Rabbit Pictures (or maybe it’s a hare)

So, today I went out to my garden to see if there were any peas to pick.  Someone had left the gate open, and there was a bunny inside.  So, I closed the gate and went back in for my camera.  These are the pictures I took before I let the bunny out again.  I think I need to weed the garden.

Yes, I let him go when I was done.  Maybe the fright will teach him to stay out of my garden.

15 thoughts on “Rabbit Pictures (or maybe it’s a hare)

    • Karen B. Jones says:

      Actually, I don’t know. We always called them rabbits, but I suppose they could be hares. I don’t know much about the species. They’re the sort of rabbit-like animal that seems to be the normal variety in this area. I’m living in Olathe, KS. That’s in the Southwest corner of the Kansas City Metro Area.

    • Karen B. Jones says:

      Here’s what I know about them.

      They like to nest under the tall ornamental grass in our yeard. They make a shallow depression and line it with fur and dry grass. Definitely not a hole or tunnel.

      I don’t know if the babies are born eyes-closed and hairless or not. I have found furred, eyes-open babies, however.

      I’ve never noticed more than one or two in the yard at once, though they’re good at blending in so that may not be a reliable observation.

      They seem to run by hopping two-footed, but one of the pictures I took (which I didn’t post because it was blurry) clearly shows the back legs moving independently when moving slower, so they can walk.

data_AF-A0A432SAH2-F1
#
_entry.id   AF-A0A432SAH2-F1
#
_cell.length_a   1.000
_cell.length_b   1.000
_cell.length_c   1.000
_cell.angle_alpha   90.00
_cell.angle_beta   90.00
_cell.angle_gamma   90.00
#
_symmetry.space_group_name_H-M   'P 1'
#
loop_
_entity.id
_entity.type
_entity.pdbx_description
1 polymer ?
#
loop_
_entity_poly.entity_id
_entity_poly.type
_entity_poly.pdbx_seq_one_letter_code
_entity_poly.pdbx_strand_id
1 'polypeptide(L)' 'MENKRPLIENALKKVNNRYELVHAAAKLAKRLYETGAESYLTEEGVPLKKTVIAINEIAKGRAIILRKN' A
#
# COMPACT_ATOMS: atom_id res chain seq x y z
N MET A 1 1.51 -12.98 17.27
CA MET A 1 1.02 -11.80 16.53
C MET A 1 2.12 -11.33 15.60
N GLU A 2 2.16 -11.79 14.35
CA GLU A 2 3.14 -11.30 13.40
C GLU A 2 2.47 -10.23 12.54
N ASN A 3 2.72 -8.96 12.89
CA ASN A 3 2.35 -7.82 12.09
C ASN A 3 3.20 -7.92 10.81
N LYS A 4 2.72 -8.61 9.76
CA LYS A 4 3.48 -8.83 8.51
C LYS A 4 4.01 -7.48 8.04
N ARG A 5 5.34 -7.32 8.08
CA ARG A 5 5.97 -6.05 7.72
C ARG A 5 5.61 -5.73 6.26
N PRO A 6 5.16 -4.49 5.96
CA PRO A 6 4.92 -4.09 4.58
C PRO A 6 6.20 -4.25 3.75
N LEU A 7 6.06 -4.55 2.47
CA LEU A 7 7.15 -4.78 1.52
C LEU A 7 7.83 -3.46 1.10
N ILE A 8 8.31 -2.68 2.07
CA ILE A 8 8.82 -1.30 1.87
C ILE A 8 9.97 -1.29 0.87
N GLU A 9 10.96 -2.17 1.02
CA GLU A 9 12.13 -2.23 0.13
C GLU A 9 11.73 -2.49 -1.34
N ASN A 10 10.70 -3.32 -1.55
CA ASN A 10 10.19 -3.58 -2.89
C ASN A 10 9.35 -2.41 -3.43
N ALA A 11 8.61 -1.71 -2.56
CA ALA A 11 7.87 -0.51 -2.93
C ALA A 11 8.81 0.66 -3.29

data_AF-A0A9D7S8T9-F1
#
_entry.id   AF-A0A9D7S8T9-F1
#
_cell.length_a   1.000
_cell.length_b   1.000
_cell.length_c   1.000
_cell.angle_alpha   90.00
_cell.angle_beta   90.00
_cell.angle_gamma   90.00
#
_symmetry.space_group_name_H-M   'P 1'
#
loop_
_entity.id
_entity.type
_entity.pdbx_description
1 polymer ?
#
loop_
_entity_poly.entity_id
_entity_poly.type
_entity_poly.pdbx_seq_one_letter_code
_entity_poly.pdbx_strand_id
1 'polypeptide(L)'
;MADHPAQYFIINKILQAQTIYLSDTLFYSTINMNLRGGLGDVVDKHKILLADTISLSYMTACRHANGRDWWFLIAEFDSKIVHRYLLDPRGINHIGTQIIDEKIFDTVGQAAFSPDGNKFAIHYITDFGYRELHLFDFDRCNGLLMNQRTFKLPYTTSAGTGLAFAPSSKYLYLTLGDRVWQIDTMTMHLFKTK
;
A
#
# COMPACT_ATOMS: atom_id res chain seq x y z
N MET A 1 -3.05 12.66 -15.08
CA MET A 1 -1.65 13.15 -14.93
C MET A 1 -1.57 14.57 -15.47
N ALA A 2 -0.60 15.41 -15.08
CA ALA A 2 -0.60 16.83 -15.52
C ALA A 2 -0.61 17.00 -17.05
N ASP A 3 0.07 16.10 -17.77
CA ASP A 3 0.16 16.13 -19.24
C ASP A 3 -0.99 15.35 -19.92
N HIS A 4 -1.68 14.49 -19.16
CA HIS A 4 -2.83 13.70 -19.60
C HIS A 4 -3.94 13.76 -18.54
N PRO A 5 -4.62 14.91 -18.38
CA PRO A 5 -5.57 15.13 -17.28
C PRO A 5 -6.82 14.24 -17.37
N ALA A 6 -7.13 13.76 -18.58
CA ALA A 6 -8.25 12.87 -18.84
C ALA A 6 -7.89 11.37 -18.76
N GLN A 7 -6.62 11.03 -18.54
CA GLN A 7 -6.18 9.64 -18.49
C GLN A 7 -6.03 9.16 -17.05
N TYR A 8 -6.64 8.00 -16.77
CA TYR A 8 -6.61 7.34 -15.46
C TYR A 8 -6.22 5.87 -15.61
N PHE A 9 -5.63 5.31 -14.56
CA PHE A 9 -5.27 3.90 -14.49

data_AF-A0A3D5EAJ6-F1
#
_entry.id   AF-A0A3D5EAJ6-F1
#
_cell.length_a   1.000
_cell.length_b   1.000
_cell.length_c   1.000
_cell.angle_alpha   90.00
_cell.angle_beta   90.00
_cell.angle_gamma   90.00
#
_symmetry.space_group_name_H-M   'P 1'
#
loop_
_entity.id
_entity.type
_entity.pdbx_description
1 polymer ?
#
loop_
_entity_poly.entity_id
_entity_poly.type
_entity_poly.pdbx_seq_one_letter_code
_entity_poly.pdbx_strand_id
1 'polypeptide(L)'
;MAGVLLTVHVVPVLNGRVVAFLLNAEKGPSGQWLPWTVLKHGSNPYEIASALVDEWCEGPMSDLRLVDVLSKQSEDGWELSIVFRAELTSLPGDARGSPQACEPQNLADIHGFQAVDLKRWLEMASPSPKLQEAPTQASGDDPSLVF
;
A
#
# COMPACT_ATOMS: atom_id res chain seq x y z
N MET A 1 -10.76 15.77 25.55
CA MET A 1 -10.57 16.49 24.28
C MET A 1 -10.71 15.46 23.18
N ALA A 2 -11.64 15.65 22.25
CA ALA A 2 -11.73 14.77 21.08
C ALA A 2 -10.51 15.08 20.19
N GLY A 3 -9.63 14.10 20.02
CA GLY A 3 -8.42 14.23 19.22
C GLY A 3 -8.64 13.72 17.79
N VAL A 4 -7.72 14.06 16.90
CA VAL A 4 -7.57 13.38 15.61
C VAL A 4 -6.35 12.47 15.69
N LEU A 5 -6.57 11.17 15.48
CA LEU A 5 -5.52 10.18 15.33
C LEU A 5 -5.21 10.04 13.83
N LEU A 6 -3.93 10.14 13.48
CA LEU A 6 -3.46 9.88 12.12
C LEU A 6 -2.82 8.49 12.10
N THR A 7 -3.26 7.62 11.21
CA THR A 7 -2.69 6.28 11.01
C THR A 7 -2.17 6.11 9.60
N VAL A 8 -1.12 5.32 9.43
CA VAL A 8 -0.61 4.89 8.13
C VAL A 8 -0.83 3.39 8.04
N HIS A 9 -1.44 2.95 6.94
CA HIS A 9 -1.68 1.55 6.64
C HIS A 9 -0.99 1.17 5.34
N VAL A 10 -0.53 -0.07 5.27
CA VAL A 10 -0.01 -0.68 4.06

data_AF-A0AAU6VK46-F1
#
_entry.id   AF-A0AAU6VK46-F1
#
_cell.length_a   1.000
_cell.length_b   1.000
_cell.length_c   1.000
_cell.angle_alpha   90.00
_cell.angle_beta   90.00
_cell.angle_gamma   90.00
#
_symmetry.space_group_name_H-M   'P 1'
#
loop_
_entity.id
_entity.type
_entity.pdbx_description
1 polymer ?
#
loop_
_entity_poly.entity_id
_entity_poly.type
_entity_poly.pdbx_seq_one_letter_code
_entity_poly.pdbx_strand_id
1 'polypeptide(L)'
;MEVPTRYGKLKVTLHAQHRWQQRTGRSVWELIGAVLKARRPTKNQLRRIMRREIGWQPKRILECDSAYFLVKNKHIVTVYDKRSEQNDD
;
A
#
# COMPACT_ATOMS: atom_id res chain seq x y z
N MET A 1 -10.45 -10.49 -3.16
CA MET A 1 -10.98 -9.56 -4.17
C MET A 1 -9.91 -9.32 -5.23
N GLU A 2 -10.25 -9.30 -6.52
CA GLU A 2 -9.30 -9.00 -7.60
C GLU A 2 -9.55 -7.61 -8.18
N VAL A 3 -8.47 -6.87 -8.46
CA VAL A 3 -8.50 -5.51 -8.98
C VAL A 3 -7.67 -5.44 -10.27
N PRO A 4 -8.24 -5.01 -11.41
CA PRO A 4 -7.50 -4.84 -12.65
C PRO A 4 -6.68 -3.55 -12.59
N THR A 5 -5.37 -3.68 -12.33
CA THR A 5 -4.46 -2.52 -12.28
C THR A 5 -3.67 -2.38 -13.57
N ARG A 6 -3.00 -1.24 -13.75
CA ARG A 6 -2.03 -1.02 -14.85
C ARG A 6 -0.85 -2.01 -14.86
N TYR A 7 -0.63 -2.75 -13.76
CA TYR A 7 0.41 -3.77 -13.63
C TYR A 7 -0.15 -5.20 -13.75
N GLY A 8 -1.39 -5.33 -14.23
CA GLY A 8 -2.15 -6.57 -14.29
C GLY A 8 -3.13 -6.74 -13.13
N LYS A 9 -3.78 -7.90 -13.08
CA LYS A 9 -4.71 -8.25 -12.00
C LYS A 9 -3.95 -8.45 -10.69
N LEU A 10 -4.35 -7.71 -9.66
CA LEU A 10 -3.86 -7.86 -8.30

I think they’re more grey in the winter. They don’t turn white in winter, but that’s probably because it isn’t very snowy here. White would stand out too much.

      • julie rowan zoch says:

        You are very observant! Great photos by the way. I don’t know the difference, but the ones I see in my ‘hood (Fort Collins, in northern Colorado) are rounder in the face, have smaller eyes, shorter legs, and are not as muscular as yours. I see more fox than rabbits though, including their scat!

        • Karen B. Jones says:

          I saw a fox around here once and my husband’s seen one a few times. And there’s a hawk in the neighborhood. So, there are things that eat our rabbits/hares around here. But I see the prey more often than the predator.

  1. julie rowan zoch says:

    Funny, I see so many foxes, but also so many cats. I suppose cats are more fierce than I thought! We have a fairly open yard and as the only family without a pet on the block we attract those looking to gain territory! I’ll be looking for your next IF piece soon!

    • Karen B. Jones says: